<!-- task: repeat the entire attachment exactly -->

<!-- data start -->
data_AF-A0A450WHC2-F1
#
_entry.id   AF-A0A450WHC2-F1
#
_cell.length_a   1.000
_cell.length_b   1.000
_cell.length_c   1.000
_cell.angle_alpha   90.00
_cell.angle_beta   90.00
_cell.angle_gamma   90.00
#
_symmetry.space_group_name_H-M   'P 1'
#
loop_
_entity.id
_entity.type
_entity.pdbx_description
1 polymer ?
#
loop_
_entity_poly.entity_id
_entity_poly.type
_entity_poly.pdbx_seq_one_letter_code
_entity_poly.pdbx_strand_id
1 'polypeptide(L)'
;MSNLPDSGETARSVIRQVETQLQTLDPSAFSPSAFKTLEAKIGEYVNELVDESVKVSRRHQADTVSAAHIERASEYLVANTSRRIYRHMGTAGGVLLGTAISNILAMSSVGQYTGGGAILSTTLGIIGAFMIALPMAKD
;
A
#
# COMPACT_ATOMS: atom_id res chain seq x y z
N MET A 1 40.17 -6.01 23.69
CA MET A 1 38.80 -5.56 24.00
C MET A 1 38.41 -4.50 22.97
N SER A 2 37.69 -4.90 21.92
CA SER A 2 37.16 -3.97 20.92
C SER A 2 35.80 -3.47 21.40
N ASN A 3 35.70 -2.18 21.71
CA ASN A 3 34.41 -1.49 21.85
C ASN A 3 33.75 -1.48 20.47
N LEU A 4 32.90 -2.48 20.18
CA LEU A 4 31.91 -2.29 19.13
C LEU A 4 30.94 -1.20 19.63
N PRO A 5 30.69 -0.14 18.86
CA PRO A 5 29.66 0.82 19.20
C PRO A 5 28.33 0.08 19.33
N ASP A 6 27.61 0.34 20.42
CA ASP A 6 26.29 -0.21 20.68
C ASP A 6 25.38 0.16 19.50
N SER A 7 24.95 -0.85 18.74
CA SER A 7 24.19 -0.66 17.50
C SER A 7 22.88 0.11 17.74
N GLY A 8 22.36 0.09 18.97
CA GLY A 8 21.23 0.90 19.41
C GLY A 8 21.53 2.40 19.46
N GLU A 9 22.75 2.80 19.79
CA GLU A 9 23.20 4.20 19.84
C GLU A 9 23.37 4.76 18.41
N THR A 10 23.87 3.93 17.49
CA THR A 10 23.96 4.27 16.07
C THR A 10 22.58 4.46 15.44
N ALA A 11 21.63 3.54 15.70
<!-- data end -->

data_AF-A0A450WHC2-F1
#
_entry.id   AF-A0A450WHC2-F1
#
_cell.length_a   1.000
_cell.length_b   1.000
_cell.length_c   1.000
_cell.angle_alpha   90.00
_cell.angle_beta   90.00
_cell.angle_gamma   90.00
#
_symmetry.space_group_name_H-M   'P 1'
#
loop_
_entity.id
_entity.type
_entity.pdbx_description
1 polymer ?
#
loop_
_entity_poly.entity_id
_entity_poly.type
_entity_poly.pdbx_seq_one_letter_code
_entity_poly.pdbx_strand_id
1 'polypeptide(L)'
;MSNLPDSGETARSVIRQVETQLQTLDPSAFSPSAFKTLEAKIGEYVNELVDESVKVSRRHQADTVSAAHIERASEYLVANTSRRIYRHMGTAGGVLLGTAISNILAMSSVGQYTGGGAILSTTLGIIGAFMIALPMAKD
;
A
#
# COMPACT_ATOMS: atom_id res chain seq x y z
N MET A 1 40.17 -6.01 23.69
CA MET A 1 38.80 -5.56 24.00
C MET A 1 38.41 -4.50 22.97
N SER A 2 37.69 -4.90 21.92
CA SER A 2 37.16 -3.97 20.92
C SER A 2 35.80 -3.47 21.40
N ASN A 3 35.70 -2.18 21.71
CA ASN A 3 34.41 -1.49 21.85
C ASN A 3 33.75 -1.48 20.47
N LEU A 4 32.90 -2.48 20.18
CA LEU A 4 31.91 -2.29 19.13
C LEU A 4 30.94 -1.20 19.63
N PRO A 5 30.69 -0.14 18.86
CA PRO A 5 29.66 0.82 19.20
C PRO A 5 28.33 0.08 19.33
N ASP A 6 27.61 0.34 20.42
CA ASP A 6 26.29 -0.21 20.68
C ASP A 6 25.38 0.16 19.50
N SER A 7 24.95 -0.85 18.74
CA SER A 7 24.19 -0.66 17.50
C SER A 7 22.88 0.11 17.74
N GLY A 8 22.36 0.09 18.97
CA GLY A 8 21.23 0.90 19.41
C GLY A 8 21.53 2.40 19.46
N GLU A 9 22.75 2.80 19.79
CA GLU A 9 23.20 4.20 19.84
C GLU A 9 23.37 4.76 18.41
N THR A 10 23.87 3.93 17.49
CA THR A 10 23.96 4.27 16.07
C THR A 10 22.58 4.46 15.44
N ALA A 11 21.63 3.54 15.70